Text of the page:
First evidence of neurotrophic factors improving status of degenerating dopamine neurons in Parkinson's brains

Ceregene, Inc., a biopharmaceutical company, reported today that its scientists and collaborators have published new experimental findings in support of its Parkinson's disease program which appeared as the lead article in the current issue of Movement Disorders (the official journal of the Movement Disorders Society).  The publication reports the first evidence that gene transfer can provide targeted expression of a neurotrophic factor, i.e., neurturin or NRTN, intended to restore and preserve dying neurons.  Moreover, it provides the first evidence that neurotrophic factors can improve the status of degenerating dopamine neurons in Parkinson's brains.  New insight important for further improving the bioactivity of NRTN in advanced Parkinson's disease, implemented in the current Phase 2b CERE-120 trial, was also reported.  Raymond T. Bartus, Ph.D., Ceregene's executive vice president and chief scientific officer, who has led the development of CERE-120, is the lead author of the publication.

CERE-120, Ceregene's neurotrophic therapy, currently being clinically tested in advanced Parkinson's disease (PD), is partially funded by the Michael J. Fox Foundation for Parkinson's Research.  CERE-120 is comprised of a viral vector intended to provide constant, sustained expression of neurturin, a neurotrophic factor shown to rescue dying dopaminergic neurons, restoring their function and protecting them from death.  The data in this publication were derived from an analysis of autopsied brain tissue from two patients who were treated in a previous CERE-120 Phase 2 study (see Ceregene press release, May, 2009) and later died of causes unrelated to the treatment.  Ceregene has since confirmed and extended these results by showing persistent, targeted NRTN expression in a patient who had been treated with CERE-120 five years earlier.  

"This new publication provides a strong scientific rationale for our overall clinical strategy for Parkinson's disease, as well as for the modified dosing paradigm we are employing in our ongoing Phase 2b clinical trial," said Jeffrey M. Ostrove Ph.D., president & chief executive officer of Ceregene.  "We very much appreciate the unselfish courage of patients and the immediate family of patients who volunteer to participate in experimental clinical trials and agree to donate their organs for scientific study after their death.  The information we gained from the brains of two of our study participants was instrumental in significantly improving our understanding of NRTN expression in the PD brain, which then allowed us to enhance our dosing paradigm and continue to move this program forward with confidence of ultimate success."

The paper, entitled "Bioactivity of AAV2-Neurturin Gene Therapy (CERE-120): Differences between Parkinson's Disease and Nonhuman Primate Brains," was further highlighted by a guest editorial commenting on several important elements of the paper.  Additionally, brain images of NRTN expression following CERE-120 treatment in Parkinson's patients were prominently displayed on the front cover of the issue.  The guest editorial (written by Travis Lewis and David Standaert, M.D., Ph.D., University of Alabama, Birmingham) called the paper a "milestone in the development and refinement of neurotrophic factor gene therapy," providing "proof that gene therapy with AAV2-NRTN (aka CERE-120) results in functional...transgene expression in target cells in humans."  The guest editors further opined that "as one of the few therapies immediately available that may not only slow PD expression, but also improve outcomes, we feel that the potential benefits of a clinically successful CERE-120 treatment cannot be ignored."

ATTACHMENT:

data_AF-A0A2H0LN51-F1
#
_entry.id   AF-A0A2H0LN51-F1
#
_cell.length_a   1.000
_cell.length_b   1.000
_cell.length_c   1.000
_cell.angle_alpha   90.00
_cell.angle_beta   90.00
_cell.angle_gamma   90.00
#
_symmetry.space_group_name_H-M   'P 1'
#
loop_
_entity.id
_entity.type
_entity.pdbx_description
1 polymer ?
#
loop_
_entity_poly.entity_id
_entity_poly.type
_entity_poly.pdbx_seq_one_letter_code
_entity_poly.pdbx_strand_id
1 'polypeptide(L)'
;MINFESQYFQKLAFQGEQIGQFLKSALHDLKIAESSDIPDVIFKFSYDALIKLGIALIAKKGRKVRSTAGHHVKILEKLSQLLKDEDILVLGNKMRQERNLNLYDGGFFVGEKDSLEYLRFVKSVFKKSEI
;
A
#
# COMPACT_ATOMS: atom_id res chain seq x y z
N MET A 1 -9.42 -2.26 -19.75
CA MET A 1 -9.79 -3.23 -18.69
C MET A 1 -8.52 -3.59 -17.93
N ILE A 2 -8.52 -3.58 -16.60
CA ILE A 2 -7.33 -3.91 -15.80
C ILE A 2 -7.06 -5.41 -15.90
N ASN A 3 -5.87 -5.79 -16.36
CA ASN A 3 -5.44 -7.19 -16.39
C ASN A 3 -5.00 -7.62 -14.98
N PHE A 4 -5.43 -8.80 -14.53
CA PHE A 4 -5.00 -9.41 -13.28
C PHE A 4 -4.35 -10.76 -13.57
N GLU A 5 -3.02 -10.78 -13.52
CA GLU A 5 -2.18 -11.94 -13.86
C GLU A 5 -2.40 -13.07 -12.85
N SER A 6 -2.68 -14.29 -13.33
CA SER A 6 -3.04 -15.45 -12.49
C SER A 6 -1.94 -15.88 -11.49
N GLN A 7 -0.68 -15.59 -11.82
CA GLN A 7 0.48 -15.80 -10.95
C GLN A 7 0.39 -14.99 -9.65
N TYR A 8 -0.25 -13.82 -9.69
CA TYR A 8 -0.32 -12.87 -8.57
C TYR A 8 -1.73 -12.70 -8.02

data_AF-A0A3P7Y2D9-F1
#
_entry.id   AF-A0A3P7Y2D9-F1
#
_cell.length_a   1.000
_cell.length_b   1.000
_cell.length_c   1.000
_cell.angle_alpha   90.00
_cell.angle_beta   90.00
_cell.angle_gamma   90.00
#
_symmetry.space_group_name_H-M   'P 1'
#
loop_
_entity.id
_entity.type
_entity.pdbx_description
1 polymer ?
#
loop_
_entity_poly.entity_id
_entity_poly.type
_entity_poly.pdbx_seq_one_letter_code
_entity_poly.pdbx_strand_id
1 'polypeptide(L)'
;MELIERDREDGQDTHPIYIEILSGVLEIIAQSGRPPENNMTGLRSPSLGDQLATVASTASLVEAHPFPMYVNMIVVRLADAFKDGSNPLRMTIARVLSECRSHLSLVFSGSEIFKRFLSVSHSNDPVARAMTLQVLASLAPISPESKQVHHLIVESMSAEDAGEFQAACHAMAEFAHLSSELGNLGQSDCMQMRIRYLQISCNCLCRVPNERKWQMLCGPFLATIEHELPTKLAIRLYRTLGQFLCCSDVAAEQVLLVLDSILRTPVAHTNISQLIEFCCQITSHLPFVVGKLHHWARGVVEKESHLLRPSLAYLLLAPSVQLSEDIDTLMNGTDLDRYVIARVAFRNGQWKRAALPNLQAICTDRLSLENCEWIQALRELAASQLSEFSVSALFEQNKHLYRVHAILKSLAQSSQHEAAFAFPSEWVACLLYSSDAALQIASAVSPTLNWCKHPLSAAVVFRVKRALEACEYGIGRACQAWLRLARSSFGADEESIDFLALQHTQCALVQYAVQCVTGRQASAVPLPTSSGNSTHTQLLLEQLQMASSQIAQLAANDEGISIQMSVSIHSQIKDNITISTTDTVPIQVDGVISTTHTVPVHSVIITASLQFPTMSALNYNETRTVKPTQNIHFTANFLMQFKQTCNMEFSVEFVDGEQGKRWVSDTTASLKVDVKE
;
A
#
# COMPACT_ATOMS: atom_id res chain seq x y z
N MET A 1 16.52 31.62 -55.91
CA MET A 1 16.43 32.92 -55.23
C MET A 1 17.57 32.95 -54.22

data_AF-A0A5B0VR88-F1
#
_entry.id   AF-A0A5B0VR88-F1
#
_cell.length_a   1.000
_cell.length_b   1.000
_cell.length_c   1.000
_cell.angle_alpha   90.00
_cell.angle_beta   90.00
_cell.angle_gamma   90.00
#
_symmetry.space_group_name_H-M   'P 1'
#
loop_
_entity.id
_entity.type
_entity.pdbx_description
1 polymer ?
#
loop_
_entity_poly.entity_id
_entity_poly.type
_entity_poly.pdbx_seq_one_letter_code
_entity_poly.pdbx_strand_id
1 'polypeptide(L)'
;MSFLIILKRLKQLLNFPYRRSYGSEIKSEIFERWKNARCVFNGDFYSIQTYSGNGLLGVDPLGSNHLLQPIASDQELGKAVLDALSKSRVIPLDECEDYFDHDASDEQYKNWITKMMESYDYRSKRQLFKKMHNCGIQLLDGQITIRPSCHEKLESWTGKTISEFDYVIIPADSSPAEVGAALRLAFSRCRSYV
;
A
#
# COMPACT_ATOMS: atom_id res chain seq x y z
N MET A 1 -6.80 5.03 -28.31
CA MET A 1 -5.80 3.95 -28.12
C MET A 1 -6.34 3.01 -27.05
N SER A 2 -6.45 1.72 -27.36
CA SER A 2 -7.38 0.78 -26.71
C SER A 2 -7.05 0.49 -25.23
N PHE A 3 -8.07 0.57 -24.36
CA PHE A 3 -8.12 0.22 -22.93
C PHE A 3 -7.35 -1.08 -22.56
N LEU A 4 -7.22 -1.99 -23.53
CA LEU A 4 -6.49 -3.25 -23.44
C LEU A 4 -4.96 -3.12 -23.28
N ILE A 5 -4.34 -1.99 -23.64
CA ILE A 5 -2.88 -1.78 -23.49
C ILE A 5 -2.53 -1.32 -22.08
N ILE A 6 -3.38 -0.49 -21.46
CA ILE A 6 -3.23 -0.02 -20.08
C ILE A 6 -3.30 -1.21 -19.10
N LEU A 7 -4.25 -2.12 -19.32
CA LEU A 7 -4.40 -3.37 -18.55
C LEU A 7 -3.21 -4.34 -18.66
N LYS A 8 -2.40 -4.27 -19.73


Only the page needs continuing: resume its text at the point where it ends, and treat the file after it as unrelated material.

Other key findings in the paper resulted from comparing and contrasting the pattern of NRTN expression and bioactivity seen in the Parkinson's brains versus that seen in nonhuman primates, including contemporary models of Parkinson's disease.  In Parkinson's brains and in nonhuman primate brains, CERE-120 resulted in comparable NRTN expression in the targeted putamen, where the degenerating nerve terminals reside. However, in the case of Parkinson's disease, very little NRTN was seen in the cell bodies of the same degenerating neurons, which are located in a different brain region, called the substantia nigra.

Dr. Bartus stated, "These data warned us of a fundamental deficiency in Parkinson's disease brains which limits how effectively NRTN is transported from the terminals of degenerating neurons to their cell bodies.  This provided the key insight we needed to appreciate the need to directly inject CERE-120 into the substantia nigra (thus reducing dependency on retrograde transport), in addition to injecting a larger dose into the putamen.  These dosing changes are intended to help assure that the entire degenerating neuron is exposed to sufficient neurotrophic factor, assuring that a more robust neurotrophic response is stimulated, in turn, further enhancing and accelerating neuronal repair."  In June 2010, Ceregene announced that it had successfully completed a new Phase 1 study in Parkinson's patients, intended to provide initial evidence for the safety of this novel dosing paradigm.


Ceregene, Inc.


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